Jules van Costello would like to see a lot more New Zealanders doing it naturally; by which he means making wine with “minimal intervention”.
The Wellington wine retailer, drinks writer and restaurateur is a champion for what he sees is the most important wine trend taking place across New Zealand.
“Eight of out ten bottles of wine exported from New Zealand are Sauvignon Blanc – that’s a huge risk for our wine industry.
“With the growth in interest in organic, sustainable and traceable products of all kinds, natural wine is an important and growing segment of the wine market that could diversify NZ’s export options,” van Costello says.
So, what is natural wine? Essentially it is wine produced with minimal human intervention and is a blend of ancient craft and twenty-first century science.
Boutique winemakers all over New Zealand are leading the charge, achieving exciting results.
“Our natural wines are winning very positive fans overseas. We have the opportunity to further broaden our reputation, positioning ourselves as a serious natural wine producer and a natural wine destination.
“As is often the case, sometimes our wines are held in higher esteem internationally than they are at home.
“Wine tourism holds exciting opportunities and we have all the ingredients for a huge future, partly driven by the growing northern hemisphere interest in natural wine,” says van Costello.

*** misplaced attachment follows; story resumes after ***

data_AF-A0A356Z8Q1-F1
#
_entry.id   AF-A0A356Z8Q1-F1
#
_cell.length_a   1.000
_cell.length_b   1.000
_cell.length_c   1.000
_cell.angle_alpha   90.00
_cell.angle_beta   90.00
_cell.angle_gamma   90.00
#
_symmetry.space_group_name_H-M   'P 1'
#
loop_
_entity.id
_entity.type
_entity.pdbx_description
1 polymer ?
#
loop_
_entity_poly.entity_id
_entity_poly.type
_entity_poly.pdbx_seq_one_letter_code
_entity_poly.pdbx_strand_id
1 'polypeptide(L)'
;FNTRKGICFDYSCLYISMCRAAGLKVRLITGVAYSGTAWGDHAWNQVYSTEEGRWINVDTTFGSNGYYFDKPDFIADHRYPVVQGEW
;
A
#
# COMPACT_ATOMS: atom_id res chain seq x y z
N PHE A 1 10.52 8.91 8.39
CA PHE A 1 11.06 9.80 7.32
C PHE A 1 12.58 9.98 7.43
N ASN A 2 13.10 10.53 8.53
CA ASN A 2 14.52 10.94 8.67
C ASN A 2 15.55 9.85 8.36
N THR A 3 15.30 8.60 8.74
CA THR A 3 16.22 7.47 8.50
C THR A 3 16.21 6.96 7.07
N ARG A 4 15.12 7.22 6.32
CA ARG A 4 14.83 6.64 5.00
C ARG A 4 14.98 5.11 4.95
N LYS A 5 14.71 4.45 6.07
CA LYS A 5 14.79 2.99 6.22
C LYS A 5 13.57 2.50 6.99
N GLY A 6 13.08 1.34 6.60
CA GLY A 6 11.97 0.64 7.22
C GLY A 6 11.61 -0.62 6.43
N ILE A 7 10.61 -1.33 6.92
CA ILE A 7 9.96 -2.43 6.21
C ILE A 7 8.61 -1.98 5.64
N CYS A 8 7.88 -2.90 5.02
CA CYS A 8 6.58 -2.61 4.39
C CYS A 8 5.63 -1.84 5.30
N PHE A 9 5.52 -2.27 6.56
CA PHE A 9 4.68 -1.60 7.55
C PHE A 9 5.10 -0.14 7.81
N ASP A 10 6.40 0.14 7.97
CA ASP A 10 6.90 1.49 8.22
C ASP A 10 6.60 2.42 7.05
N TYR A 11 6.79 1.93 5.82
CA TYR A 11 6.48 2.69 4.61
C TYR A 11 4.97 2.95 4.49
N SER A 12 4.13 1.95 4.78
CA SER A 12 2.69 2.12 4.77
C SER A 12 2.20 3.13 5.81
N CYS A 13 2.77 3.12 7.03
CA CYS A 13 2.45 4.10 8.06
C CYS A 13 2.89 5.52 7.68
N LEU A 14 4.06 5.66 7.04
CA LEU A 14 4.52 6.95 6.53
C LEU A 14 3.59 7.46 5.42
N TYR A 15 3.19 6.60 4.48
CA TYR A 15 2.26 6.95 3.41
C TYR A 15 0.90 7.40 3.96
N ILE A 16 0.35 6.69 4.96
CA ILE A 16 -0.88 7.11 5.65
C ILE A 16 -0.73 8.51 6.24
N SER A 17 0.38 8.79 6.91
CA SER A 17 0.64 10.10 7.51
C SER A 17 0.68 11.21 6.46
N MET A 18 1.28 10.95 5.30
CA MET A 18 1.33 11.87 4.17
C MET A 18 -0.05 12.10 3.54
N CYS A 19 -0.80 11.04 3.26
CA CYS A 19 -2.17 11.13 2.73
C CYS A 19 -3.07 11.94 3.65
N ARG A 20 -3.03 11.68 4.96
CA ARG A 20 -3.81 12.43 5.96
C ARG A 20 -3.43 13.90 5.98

A precise and legally binding definition of “natural wine” doesn’t exist anywhere in the world, but there are four principles that are broadly agreed within the industry.
Natural wines are either organic or biodynamic and they feature indigenous yeast, which exists naturally on the grape skins, and triggers wine fermentation.
The other key features are that nothing is added to the wine and nothing is taken away. Winemaking processes like filtration and mechanical extraction are not employed when natural wines are made.
For something pure and virginal, the topic of natural wine has potential to create controversy.
“Natural wine has a mixed reputation,” notes van Costello. “For every person who loves a particular wine, there others will react less positively…
“But what is very exciting is the huge spectrum of colours, flavours and textures; from crazy and confronting wines to elegant, refined, serious and grown-up examples,” he adds.
To give wine lovers an opportunity to see the delights of this new wine category, van Costello will be holding a Masterclass, “Doing it Naturally – Wines as Nature Intended” at the upcoming NZ Boutique Wine Festival, Imperial Buildings, Fort Lane, Auckland, on Sunday 10th June.
Tickets for the event are available at Eventfinda and tickets are still available for van Costello’s masterclass.